In No Retreat: Business Bootcamp, Spartan founder and CEO Joe De Sena challenges businesses with near-impossible physical and mental tasks at his farm in Vermont. The goal? Help them realize their full potential and chart a path forward. The show is currently airing on Tuesdays at 10 p.m. on CNBC.
I’ve received a lot of exciting phone calls from Joe De Sena in just the three years we’ve known each other.
“Dr. L, we’re going to the Atacama desert!”
“Dr. L, find a film crew. I need you in Tokyo!”
“Dr. L, come to Tahoe!”
“Dr. L, want to help me write a parenting book?”
But the most exciting call by far came over the summer of 2021 with just five simple words: “We got the green light.” I knew exactly what he was talking about when he said it — that filming for CNBC's new primetime show, No Retreat: Business Bootcamp, was a go.
Four months later — and with two suitcases packed — I headed off to Pittsfield, VT to join Joe, marketing expert and entrepreneur Qu’Harrison Terry, and the CNBC production team to begin shooting the show. I spent nearly a month on The Farm with Joe, and lots of people asked what it was like. “Cold,” I would often reply. But they weren’t interested in weather reports, and they were barely interested in the day-to-day activities. What most people really wanted to know was what it was like being with Joe for a month on The Farm. So here goes, Spartans. Here’s what it was really like.
A First-Hand, Behind-the-Scenes Look at What It Was Like to Film Joe De Sena's New CNBC Show
Early Morning Wake-up Calls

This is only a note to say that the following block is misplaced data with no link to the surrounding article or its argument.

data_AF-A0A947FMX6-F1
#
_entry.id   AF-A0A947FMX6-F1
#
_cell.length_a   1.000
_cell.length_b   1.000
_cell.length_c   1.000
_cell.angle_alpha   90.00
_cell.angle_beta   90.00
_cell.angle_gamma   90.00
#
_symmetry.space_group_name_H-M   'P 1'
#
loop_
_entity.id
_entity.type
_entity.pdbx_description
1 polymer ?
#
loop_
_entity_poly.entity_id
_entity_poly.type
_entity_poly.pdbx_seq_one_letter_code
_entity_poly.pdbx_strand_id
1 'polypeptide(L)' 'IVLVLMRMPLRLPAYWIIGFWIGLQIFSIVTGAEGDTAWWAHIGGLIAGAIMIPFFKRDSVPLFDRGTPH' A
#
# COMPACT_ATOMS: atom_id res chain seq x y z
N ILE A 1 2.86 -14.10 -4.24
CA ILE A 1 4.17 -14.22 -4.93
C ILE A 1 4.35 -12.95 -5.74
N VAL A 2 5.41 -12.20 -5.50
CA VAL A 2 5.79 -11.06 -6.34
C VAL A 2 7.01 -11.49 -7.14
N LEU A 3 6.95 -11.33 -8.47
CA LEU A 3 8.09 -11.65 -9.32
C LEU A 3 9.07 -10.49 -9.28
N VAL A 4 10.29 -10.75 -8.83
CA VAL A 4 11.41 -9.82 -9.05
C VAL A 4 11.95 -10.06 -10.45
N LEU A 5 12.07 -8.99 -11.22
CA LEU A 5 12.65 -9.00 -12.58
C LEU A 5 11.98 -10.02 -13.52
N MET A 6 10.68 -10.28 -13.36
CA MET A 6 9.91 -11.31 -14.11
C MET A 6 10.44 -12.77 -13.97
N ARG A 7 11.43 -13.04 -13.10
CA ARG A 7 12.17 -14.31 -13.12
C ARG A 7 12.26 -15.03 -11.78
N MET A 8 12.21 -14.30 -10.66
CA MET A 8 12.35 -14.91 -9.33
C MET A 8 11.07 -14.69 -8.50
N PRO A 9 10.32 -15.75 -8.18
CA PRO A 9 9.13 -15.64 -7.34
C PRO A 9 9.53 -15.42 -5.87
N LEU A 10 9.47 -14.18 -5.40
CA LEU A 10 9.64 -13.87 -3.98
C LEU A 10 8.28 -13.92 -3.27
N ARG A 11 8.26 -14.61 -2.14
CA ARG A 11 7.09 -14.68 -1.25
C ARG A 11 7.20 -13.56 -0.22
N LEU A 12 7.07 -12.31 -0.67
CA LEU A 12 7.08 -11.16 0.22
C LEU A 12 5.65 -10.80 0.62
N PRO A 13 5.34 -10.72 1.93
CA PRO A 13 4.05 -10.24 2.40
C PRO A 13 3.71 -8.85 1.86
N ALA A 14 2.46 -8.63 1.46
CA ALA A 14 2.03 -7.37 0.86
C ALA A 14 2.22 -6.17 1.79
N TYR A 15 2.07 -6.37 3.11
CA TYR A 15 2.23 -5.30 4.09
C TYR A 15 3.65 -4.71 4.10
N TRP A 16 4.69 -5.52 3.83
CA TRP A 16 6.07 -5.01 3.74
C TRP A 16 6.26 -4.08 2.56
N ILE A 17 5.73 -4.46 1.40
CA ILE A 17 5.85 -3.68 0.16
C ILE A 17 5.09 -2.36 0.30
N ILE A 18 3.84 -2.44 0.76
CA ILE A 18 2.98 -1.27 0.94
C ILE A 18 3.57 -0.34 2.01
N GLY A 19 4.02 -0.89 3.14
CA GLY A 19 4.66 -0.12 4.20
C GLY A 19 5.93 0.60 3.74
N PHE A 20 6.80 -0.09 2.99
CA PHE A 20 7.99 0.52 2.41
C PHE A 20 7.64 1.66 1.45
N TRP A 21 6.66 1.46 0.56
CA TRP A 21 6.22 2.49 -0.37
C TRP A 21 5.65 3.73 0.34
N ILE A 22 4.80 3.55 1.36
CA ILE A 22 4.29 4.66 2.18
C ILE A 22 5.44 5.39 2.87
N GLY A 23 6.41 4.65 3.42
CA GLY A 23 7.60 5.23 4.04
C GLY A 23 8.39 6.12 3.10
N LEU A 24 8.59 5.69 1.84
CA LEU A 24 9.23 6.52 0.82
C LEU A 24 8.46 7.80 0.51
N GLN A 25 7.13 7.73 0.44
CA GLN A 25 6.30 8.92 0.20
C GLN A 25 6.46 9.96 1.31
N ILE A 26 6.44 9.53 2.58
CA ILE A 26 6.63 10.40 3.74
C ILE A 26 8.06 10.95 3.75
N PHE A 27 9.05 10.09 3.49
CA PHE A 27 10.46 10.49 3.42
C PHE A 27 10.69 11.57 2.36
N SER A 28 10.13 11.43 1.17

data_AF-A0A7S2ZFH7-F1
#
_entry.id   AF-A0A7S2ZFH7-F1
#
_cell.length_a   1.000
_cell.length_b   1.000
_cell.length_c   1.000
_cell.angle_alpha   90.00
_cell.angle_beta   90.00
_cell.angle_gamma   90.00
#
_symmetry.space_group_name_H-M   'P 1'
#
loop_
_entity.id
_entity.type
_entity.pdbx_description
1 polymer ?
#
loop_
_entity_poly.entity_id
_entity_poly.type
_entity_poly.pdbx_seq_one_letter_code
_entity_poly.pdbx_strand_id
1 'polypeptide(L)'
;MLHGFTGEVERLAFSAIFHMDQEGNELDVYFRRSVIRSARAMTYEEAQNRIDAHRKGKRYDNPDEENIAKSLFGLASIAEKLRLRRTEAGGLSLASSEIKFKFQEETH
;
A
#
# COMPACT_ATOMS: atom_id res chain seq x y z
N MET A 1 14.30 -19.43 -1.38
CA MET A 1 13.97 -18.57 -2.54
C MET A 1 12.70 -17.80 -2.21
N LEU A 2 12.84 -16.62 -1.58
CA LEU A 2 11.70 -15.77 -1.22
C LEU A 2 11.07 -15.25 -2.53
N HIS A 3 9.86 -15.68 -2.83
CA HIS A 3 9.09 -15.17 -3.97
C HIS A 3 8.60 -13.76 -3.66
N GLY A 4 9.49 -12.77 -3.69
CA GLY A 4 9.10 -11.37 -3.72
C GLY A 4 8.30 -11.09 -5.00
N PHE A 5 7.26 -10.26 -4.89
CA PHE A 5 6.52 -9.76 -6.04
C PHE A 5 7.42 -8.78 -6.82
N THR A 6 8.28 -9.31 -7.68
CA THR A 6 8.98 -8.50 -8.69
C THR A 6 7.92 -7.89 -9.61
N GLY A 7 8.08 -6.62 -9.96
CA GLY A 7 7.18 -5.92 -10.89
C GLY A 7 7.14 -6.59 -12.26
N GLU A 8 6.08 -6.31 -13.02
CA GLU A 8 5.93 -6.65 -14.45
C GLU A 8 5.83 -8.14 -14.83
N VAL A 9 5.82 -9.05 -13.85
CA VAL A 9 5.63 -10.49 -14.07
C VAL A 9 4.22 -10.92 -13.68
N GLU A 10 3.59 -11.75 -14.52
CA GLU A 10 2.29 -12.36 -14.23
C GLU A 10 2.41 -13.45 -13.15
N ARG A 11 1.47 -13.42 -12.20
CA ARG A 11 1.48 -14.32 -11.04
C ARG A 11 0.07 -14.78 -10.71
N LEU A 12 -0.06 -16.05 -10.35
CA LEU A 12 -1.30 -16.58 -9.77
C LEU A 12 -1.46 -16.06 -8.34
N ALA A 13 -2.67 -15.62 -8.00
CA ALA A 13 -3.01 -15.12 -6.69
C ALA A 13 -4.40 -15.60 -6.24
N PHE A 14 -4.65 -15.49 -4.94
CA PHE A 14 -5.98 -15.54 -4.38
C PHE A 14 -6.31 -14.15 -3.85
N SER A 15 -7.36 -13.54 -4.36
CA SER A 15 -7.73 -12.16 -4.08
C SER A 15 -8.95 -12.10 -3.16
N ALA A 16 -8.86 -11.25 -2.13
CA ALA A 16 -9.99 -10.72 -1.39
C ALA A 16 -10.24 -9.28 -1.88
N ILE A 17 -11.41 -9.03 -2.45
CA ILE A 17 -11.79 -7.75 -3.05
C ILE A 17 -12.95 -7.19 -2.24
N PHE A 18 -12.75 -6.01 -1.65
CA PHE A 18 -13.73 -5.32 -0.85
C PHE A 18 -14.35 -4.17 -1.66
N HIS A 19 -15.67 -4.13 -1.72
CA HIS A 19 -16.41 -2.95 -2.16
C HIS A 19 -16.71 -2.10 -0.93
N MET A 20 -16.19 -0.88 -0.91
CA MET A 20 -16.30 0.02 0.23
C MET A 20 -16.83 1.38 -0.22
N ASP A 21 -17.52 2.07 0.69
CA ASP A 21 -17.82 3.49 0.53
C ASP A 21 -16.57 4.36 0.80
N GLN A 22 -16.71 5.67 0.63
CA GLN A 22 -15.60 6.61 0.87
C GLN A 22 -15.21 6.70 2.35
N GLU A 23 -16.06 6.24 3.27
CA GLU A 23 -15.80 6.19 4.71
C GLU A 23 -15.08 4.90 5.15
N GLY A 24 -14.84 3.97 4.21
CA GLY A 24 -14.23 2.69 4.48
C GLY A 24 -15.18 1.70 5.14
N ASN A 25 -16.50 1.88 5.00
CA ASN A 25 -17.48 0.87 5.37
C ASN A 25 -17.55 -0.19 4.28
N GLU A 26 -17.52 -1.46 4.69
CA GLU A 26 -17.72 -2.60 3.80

My first few days on The Farm, I agreed to Joe’s invitation for pre-dawn hikes up the mountain. I’m a runner and keeping up with my fitness is always important to me. (Like Joe, it’s a bit of a non-negotiable.) I figured, however, that if I agreed to a few days up the mountain, he’d lay off on day four or five and let me tend to my own activities. Wrong.
On the fifth morning, I purposefully avoided his text asking if we were headed up the mountain and instead brewed myself a nice pot of coffee to enjoy with a fresh bagel I had picked up from the general store the day before. I was barely a few bites in when a knock on the door revealed Joe’s pale face staring at me through the window in the morning light. I opened the door and — without pause — he said, “Let’s go. You’re late.” I tried to remind him that we hadn't had a time scheduled, but he interrupted me, insisting, “Let’s go.”
And so we went. And this went on for nearly every morning at The Farm (minus the mornings where Joe flew to Newark or Boston or Orlando). The truth is, I didn’t even mind it so much. Some mornings we talked all the way up and all the way down. Other mornings we barely said a word. But the consistency of doing something difficult helped start the day off right. And the man certainly sticks to his guns about workouts every morning — for better or for worse.
Credit: Scott Eisen/CNBC
Un-Planning and Uncertainties
I’ve spent enough time with Joe to know that he likes to pivot and throw people off of their game. Yes, there’s a part of him that enjoys watching others scramble, but that’s not really why he does it. He pivots because he knows that he’ll get the real version of anyone when they are hit with uncertainty.
The businesses that arrived at The Farm came to Joe because they needed help with hidden fractures in their system, and Joe knew that the best way to build them up was to first break them down. He often pivoted mid-task or between challenges to expedite the breakdown, but when you’re an expert standing beside him during each shoot, this means that you must learn to pivot too.